Volume 53, Issue 2
  • ISSN: 0002-9637
  • E-ISSN: 1476-1645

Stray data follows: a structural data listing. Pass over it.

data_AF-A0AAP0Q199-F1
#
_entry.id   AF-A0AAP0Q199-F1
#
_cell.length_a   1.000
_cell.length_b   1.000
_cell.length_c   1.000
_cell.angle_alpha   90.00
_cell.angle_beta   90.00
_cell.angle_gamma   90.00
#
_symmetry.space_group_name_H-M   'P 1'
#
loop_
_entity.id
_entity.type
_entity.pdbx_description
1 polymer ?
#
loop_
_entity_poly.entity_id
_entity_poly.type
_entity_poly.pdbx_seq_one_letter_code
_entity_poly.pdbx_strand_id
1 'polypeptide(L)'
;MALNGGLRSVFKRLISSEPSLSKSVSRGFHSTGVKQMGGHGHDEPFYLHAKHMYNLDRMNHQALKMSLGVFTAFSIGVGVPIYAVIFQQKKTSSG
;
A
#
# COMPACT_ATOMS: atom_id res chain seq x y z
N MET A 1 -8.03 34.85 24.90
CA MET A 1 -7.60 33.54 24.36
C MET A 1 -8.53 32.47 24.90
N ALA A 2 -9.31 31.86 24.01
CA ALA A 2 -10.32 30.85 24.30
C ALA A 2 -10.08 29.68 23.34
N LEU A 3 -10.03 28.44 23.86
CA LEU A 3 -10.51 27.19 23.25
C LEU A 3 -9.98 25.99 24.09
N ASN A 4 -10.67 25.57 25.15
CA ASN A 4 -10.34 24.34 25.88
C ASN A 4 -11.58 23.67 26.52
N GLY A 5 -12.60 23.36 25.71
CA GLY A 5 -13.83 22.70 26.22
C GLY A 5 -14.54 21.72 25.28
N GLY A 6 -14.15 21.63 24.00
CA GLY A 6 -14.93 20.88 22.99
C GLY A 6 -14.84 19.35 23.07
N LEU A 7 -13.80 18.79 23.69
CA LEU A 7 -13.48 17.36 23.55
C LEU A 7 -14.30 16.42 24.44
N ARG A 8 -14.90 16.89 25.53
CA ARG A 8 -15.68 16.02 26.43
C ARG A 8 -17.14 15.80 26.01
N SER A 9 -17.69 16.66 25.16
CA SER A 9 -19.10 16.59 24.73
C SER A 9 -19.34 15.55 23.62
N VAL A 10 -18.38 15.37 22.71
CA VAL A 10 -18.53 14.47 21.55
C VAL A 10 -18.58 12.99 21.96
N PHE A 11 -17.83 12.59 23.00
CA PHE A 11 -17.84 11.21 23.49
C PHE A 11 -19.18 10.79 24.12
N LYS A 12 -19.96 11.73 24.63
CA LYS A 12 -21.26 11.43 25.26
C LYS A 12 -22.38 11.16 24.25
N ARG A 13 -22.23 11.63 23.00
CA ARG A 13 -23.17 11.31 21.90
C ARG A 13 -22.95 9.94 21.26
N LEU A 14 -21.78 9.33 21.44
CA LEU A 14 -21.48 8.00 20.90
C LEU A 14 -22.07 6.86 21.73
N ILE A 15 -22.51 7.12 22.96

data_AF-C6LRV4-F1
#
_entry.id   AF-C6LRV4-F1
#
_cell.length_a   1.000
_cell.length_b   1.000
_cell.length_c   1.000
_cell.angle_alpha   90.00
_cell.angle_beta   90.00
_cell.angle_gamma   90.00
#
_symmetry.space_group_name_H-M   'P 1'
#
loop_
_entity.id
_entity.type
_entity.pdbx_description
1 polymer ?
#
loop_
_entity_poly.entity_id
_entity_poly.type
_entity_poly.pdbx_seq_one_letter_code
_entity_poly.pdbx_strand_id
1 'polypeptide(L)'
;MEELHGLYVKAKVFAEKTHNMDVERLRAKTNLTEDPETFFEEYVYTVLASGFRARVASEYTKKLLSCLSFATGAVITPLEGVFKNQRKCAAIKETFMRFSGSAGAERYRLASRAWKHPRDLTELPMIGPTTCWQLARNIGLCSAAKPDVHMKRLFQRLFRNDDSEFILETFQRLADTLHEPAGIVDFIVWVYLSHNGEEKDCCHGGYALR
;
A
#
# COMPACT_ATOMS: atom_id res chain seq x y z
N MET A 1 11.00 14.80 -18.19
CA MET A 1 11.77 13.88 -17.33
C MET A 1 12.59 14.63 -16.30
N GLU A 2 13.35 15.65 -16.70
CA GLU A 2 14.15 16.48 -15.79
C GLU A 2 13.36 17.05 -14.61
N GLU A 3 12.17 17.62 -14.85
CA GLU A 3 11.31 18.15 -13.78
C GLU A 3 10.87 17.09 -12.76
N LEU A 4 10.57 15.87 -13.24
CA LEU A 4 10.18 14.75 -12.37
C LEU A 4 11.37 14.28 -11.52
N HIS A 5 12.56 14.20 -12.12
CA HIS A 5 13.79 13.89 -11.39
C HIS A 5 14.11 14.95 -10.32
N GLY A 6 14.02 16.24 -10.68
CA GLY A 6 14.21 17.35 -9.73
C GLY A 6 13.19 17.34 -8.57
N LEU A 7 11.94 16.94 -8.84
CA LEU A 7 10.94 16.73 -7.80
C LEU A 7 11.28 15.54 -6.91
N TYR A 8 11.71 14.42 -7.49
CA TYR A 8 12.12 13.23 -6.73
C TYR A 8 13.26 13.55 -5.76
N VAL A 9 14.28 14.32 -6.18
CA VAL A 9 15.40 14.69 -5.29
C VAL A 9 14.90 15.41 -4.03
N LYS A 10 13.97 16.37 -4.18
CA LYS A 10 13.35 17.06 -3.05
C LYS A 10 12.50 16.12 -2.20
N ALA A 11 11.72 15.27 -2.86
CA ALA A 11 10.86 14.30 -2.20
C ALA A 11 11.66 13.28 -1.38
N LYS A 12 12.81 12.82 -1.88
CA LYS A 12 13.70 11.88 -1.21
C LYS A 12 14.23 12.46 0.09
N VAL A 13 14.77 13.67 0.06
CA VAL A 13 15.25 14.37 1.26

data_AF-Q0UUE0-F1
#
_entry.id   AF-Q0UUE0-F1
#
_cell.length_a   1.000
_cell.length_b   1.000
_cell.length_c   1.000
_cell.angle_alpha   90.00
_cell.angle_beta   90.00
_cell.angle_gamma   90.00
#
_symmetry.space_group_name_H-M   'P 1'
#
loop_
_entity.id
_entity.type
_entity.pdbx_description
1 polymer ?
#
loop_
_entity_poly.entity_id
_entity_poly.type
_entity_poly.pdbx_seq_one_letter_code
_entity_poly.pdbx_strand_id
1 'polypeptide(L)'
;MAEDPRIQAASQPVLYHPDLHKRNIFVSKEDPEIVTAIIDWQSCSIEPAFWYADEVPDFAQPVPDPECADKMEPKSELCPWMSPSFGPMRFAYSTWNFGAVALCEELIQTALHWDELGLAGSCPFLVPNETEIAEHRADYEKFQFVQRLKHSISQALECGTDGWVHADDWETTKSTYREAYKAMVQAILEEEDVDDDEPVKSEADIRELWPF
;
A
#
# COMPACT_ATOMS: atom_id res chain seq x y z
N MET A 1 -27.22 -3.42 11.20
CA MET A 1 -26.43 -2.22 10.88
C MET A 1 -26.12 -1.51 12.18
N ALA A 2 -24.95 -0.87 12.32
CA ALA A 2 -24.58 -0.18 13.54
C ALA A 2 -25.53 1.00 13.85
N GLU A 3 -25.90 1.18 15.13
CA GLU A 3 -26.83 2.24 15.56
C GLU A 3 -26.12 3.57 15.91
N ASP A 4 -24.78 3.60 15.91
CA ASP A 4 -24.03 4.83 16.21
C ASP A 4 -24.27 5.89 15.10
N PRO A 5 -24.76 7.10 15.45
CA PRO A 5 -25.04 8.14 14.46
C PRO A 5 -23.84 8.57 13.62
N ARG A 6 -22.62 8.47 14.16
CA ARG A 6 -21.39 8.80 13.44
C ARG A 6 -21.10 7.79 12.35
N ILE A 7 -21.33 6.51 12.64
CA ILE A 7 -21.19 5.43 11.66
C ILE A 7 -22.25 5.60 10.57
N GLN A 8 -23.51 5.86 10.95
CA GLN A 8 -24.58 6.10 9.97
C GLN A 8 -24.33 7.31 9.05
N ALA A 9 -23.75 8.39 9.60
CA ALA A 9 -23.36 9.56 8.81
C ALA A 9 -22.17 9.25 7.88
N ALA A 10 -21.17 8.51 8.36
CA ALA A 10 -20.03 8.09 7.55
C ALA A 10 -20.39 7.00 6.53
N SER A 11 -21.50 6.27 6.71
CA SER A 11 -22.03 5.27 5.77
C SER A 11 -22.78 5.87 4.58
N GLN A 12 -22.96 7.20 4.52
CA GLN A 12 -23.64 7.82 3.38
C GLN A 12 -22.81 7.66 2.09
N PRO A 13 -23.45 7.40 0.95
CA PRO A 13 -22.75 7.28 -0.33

Seroepidemiologic studies using the indirect immunofluorescent antibody test (IFAT) are valuable in malaria control programs in identifying local foci of malaria, in diagnosing malaria in asymptomatic, low-parasitemia blood donors in nonendemic countries, in detecting imported malaria and preventing its introduction into new areas, and in excluding recurrent fever from causes other than malaria. Because other diseases may occur in areas where malaria is prevalent, the aim of this work, using the IFAT, was to determine the frequency of cross-reactions between blood-stage antigens of and antibodies present in the serum of individuals with leishmaniasis, toxoplasmosis and Chagas' disease. Since malaria transmission does not occur in the study area (State of Minas Gerais, Brazil) where these other diseases are present, we studied sera from individuals living in this area who had never been in the areas endemic for malaria in the Amazon region. Positive reactivity of sera with blood malaria antigens evaluated by IFAT at dilutions ≥ 1:40 was detected in 19 (38%) of 50 individuals with cutaneous leishmaniasis, five (62%) of eight individuals with visceral leishmaniasis, 14 (32%) of 44 individuals with Chagas' disease, four (11%) of 36 individuals with toxoplasmosis, and in none of the 14 uninfected controls. All 23 of the control malaria sera from the endemic area (State of Mato Grosso, Brazil) were positive at high dilutions. We found no correlation between titers of the IFAT with malaria and the specific antigens used for serodiagnosis of the other protozoan infections studied. At dilutions of 1:20 and 1:40, the sensitivity of the IFAT test was 100% and specificity was 52% and 72%, respectively. At a dilution of 1:80, the sensitivity was 86% and the specificity was 90%. Thus, the choice of the final dilution of serum for use for the diagnosis of malaria should take into account the study population and the type of parasites prevalent in the area. At the present time, leishmaniasis is endemic in many areas of the Amazon region where malaria is endemic. Thus, we recommend the use of sera diluted ≥ 1:80 to exclude cross-reactive antibodies to this parasite in seroepidemiologic studies of malaria.


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